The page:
When you talk of separating the men from boys we mean men are made of sterner stuff than the weak boys. We would like to believe that our cricketers are real fighters yielding no quarter easily to opponents and would prefer being called men. Matrimonial ads inviting applications for a boy aged 34 is common. But that is private and personal matter of the individual concerned. Not so with the cricketers who are the icons of their vast admirers.

There is one another thing that I would like them to adhere to. They should come to the ground be it for net practice or the formal match smartly dressed, clean shaven and properly trimmed hair(except Harbhajan of course). There should be a natural dignity about them with no place for trivial like ugly stares at the umpire, nodding the head in disbelief on being given out, stamping the foot or the bat, lingering longer than needed to walk away or exchange of words with competing players even under provocation. Even exuberant display of joy on achieving a mile stone is best avoided. A slight raise of the bat or the cap or helmet is adequate acknowledgement of the cheers of the crowd. There are thousands of eyes watching how they conduct themselves. The players should behave like grown up men and not churlish boys. Humility in triumph is the hall mark of great. Can we ever envisage a Don Bradman indulging in crude display of emotions on the ground? Luckily most of our players save a very few earn our praise in this regard. The team should take a pledge that it would shame anyone who provokes them by just ignoring them and leaving the matter in the hands of umpires and the match referee. A fine on the player by the referee should be regarded as a blot on player’s record.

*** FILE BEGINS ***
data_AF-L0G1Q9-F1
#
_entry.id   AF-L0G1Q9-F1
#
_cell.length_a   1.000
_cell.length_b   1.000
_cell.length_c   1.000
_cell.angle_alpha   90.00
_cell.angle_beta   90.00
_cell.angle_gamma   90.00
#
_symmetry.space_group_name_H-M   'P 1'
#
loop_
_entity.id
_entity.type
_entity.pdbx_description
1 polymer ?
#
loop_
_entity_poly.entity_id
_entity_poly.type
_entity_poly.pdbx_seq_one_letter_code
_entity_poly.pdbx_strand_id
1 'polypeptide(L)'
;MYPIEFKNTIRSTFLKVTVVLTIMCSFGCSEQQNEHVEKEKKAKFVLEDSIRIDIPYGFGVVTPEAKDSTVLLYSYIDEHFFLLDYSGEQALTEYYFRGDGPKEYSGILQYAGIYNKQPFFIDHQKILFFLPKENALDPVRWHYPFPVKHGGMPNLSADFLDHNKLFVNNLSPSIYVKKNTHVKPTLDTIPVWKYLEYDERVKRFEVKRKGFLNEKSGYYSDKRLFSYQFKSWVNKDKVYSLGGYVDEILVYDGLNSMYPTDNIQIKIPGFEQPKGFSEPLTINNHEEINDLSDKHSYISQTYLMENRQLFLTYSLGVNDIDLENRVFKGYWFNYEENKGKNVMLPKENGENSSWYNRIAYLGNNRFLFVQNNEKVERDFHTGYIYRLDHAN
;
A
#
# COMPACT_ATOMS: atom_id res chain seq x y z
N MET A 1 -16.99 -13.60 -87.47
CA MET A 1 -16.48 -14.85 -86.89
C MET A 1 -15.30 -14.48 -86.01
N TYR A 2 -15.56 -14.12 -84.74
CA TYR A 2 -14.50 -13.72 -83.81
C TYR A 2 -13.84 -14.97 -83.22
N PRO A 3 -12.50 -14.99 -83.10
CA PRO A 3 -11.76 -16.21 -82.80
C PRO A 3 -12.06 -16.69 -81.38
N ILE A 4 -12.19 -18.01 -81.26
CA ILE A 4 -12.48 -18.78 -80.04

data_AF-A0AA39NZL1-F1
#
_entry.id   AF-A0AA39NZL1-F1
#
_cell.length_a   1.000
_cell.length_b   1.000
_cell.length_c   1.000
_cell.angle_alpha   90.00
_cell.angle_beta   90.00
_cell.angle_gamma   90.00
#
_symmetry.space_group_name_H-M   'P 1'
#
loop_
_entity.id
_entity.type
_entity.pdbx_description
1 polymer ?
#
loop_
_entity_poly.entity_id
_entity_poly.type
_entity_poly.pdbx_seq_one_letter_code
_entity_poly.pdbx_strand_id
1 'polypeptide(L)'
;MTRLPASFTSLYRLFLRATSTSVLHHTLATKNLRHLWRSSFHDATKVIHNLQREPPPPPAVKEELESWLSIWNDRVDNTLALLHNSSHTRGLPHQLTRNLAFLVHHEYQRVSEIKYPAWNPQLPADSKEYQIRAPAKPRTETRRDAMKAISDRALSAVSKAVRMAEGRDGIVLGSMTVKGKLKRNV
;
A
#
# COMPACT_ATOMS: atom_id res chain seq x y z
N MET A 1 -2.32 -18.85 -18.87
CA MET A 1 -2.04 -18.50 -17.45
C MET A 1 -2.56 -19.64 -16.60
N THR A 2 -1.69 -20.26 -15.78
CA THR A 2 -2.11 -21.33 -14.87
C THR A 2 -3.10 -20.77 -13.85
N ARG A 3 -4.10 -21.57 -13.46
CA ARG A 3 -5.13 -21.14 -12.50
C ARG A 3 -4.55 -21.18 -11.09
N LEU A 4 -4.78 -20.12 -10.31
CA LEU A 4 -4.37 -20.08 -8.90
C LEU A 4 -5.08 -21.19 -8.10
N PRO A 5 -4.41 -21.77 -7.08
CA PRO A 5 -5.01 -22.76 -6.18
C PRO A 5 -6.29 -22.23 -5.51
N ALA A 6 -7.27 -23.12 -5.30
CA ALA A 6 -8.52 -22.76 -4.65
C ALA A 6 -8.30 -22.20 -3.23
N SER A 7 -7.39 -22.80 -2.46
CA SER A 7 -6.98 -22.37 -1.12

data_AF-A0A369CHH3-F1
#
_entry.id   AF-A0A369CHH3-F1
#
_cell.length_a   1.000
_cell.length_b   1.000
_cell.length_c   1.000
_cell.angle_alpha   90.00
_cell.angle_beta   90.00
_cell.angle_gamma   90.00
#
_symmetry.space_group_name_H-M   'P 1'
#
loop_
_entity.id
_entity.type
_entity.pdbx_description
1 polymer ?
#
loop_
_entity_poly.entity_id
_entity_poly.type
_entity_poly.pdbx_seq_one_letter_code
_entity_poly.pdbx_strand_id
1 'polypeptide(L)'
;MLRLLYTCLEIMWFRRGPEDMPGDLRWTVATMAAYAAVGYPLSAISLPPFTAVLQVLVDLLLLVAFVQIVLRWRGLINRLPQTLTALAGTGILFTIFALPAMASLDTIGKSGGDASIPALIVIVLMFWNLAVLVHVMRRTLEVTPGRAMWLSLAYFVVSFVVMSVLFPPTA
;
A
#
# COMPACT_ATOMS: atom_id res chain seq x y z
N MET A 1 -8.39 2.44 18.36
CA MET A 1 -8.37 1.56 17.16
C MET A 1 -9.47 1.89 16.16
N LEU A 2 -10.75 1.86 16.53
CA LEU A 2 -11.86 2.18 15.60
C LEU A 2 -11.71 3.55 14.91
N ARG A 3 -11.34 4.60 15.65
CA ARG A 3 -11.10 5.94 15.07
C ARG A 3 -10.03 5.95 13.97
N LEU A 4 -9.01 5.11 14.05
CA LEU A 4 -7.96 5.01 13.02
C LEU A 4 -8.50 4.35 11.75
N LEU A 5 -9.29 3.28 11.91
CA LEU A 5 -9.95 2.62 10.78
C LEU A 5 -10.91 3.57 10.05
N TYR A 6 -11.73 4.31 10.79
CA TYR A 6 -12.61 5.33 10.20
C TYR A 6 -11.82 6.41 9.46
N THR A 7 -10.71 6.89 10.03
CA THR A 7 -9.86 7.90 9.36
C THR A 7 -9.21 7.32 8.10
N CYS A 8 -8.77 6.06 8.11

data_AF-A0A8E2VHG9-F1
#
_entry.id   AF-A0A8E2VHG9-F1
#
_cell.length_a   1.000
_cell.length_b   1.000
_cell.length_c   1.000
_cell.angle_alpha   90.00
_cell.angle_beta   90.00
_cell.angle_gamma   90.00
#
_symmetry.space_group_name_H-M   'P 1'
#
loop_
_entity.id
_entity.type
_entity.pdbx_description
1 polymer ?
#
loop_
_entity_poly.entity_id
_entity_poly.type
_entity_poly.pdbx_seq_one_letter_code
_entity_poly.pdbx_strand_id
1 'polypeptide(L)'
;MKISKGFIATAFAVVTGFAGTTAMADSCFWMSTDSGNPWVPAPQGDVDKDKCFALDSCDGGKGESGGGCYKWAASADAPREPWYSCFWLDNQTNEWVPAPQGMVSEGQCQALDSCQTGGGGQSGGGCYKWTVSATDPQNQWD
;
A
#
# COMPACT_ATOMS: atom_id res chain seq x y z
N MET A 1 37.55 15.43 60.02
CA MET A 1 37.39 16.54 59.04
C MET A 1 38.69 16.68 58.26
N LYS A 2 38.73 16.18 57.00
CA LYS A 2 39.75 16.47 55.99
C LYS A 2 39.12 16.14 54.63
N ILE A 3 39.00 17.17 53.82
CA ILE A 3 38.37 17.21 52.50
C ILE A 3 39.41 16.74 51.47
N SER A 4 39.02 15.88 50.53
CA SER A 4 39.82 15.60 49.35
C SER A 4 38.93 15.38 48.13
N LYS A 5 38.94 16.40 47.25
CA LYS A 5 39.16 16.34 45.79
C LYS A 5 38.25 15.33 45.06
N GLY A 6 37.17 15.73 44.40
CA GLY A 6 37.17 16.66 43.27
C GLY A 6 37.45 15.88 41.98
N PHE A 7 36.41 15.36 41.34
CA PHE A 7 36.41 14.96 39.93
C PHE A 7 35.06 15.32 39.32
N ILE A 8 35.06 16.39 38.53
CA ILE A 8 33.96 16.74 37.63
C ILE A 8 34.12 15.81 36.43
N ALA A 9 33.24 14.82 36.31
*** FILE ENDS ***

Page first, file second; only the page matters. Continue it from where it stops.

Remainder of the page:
Kpartha12@hotmail.com

Wednesday, December 12, 2007

Can Kirsten do wonders?



The question that comes uppermost in mind is what could be the rationale of choosing a batsman as a coach for the current team that boasts of some titans in the game. The teacher or a guide should be superior in talent to all the players as otherwise he cannot command the respect of the team by his prowess. Kirsten’s profile is at best like some of our senior players and certainly not a cut above them. What is the kind of learning that players like Sachin, Saurav, Dravid or Lakshman or even Yuvraj or Dhoni can expect from him despite about 7000 runs scored in both forms of the game? May be the younger players can learn a trick or two. But is it an adequate reason to run after foreign coaches who appear and talk in condescending manner?
We needed badly a coach to prepare the team before it embarks on possibly the most challenging tour to Australia. Playing in their grounds is different from our tailored pitches. They are waiting to give a drubbing and have already launched verbal taunts to gain a psychological edge. The new coach may be available as per reports only during the middle of tour. Till then a manager of sorts would be holding the fort. What kind of contribution can one expect from such persons on sinecure?
True though there are many willing but the names of desi coaches that did the rounds are not inspiring though some of them were good players in their days.. This must have been the reason for the committee to choose Kirsten. A good player does not necessarily make a good coach. It calls for different skills. The selectors had to make do with what was available. Not many are willing after the Chappell tenure and the refusal of another one to join after selection. The board had also snubbed one good coach after meeting him by remaining silent. Perhaps he knew the Australians better than the others.